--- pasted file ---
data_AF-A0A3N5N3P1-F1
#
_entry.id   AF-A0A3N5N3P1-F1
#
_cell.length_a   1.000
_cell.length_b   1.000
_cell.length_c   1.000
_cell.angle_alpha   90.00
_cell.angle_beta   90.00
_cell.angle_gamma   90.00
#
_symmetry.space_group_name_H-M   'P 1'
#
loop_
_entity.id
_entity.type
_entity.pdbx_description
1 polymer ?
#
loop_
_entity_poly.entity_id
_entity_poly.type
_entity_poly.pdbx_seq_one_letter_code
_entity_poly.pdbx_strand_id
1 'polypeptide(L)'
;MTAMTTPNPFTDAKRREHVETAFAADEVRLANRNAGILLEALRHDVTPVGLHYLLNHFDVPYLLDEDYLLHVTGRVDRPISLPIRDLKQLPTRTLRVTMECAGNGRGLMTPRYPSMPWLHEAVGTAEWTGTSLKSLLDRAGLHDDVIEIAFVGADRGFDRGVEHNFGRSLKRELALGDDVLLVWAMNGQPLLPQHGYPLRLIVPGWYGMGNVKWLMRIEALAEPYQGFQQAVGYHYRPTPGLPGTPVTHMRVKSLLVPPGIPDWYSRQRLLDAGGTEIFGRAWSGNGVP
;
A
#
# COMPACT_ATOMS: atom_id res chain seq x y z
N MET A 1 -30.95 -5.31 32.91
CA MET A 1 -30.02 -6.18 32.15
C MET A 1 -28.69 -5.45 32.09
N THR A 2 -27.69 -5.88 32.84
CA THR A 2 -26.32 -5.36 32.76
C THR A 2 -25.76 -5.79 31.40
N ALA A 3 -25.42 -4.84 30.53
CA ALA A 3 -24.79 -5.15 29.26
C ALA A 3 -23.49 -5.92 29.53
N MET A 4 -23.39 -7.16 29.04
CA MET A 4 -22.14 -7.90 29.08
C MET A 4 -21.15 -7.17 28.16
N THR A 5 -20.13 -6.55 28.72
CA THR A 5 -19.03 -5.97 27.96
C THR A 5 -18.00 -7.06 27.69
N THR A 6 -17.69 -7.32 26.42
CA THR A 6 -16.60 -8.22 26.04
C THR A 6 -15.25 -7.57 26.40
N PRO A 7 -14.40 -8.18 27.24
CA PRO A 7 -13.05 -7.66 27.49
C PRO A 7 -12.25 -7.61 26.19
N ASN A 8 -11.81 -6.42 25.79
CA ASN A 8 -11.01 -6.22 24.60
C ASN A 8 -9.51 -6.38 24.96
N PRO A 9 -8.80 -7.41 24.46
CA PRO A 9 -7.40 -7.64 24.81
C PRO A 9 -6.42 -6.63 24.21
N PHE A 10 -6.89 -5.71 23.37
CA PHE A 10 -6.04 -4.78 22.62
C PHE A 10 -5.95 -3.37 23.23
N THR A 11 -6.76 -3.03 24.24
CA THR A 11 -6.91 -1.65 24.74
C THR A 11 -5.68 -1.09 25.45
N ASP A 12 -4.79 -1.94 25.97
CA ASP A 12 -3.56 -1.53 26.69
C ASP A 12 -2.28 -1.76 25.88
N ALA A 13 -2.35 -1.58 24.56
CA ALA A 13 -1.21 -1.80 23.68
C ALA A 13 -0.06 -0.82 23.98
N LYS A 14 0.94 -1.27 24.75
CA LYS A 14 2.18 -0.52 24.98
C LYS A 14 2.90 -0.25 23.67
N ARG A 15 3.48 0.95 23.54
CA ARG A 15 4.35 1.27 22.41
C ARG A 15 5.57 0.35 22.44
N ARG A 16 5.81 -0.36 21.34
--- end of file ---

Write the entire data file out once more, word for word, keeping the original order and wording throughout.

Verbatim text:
data_AF-A0A3N5N3P1-F1
#
_entry.id   AF-A0A3N5N3P1-F1
#
_cell.length_a   1.000
_cell.length_b   1.000
_cell.length_c   1.000
_cell.angle_alpha   90.00
_cell.angle_beta   90.00
_cell.angle_gamma   90.00
#
_symmetry.space_group_name_H-M   'P 1'
#
loop_
_entity.id
_entity.type
_entity.pdbx_description
1 polymer ?
#
loop_
_entity_poly.entity_id
_entity_poly.type
_entity_poly.pdbx_seq_one_letter_code
_entity_poly.pdbx_strand_id
1 'polypeptide(L)'
;MTAMTTPNPFTDAKRREHVETAFAADEVRLANRNAGILLEALRHDVTPVGLHYLLNHFDVPYLLDEDYLLHVTGRVDRPISLPIRDLKQLPTRTLRVTMECAGNGRGLMTPRYPSMPWLHEAVGTAEWTGTSLKSLLDRAGLHDDVIEIAFVGADRGFDRGVEHNFGRSLKRELALGDDVLLVWAMNGQPLLPQHGYPLRLIVPGWYGMGNVKWLMRIEALAEPYQGFQQAVGYHYRPTPGLPGTPVTHMRVKSLLVPPGIPDWYSRQRLLDAGGTEIFGRAWSGNGVP
;
A
#
# COMPACT_ATOMS: atom_id res chain seq x y z
N MET A 1 -30.95 -5.31 32.91
CA MET A 1 -30.02 -6.18 32.15
C MET A 1 -28.69 -5.45 32.09
N THR A 2 -27.69 -5.88 32.84
CA THR A 2 -26.32 -5.36 32.76
C THR A 2 -25.76 -5.79 31.40
N ALA A 3 -25.42 -4.84 30.53
CA ALA A 3 -24.79 -5.15 29.26
C ALA A 3 -23.49 -5.92 29.53
N MET A 4 -23.39 -7.16 29.04
CA MET A 4 -22.14 -7.90 29.08
C MET A 4 -21.15 -7.17 28.16
N THR A 5 -20.13 -6.55 28.72
CA THR A 5 -19.03 -5.97 27.96
C THR A 5 -18.00 -7.06 27.69
N THR A 6 -17.69 -7.32 26.42
CA THR A 6 -16.60 -8.22 26.04
C THR A 6 -15.25 -7.57 26.40
N PRO A 7 -14.40 -8.18 27.24
CA PRO A 7 -13.05 -7.66 27.49
C PRO A 7 -12.25 -7.61 26.19
N ASN A 8 -11.81 -6.42 25.79
CA ASN A 8 -11.01 -6.22 24.60
C ASN A 8 -9.51 -6.38 24.96
N PRO A 9 -8.80 -7.41 24.46
CA PRO A 9 -7.40 -7.64 24.81
C PRO A 9 -6.42 -6.63 24.21
N PHE A 10 -6.89 -5.71 23.37
CA PHE A 10 -6.04 -4.78 22.62
C PHE A 10 -5.95 -3.37 23.23
N THR A 11 -6.76 -3.03 24.24
CA THR A 11 -6.91 -1.65 24.74
C THR A 11 -5.68 -1.09 25.45
N ASP A 12 -4.79 -1.94 25.97
CA ASP A 12 -3.56 -1.53 26.69
C ASP A 12 -2.28 -1.76 25.88
N ALA A 13 -2.35 -1.58 24.56
CA ALA A 13 -1.21 -1.80 23.68
C ALA A 13 -0.06 -0.82 23.98
N LYS A 14 0.94 -1.27 24.75
CA LYS A 14 2.18 -0.52 24.98
C LYS A 14 2.90 -0.25 23.67
N ARG A 15 3.48 0.95 23.54
CA ARG A 15 4.35 1.27 22.41
C ARG A 15 5.57 0.35 22.44
N ARG A 16 5.81 -0.36 21.34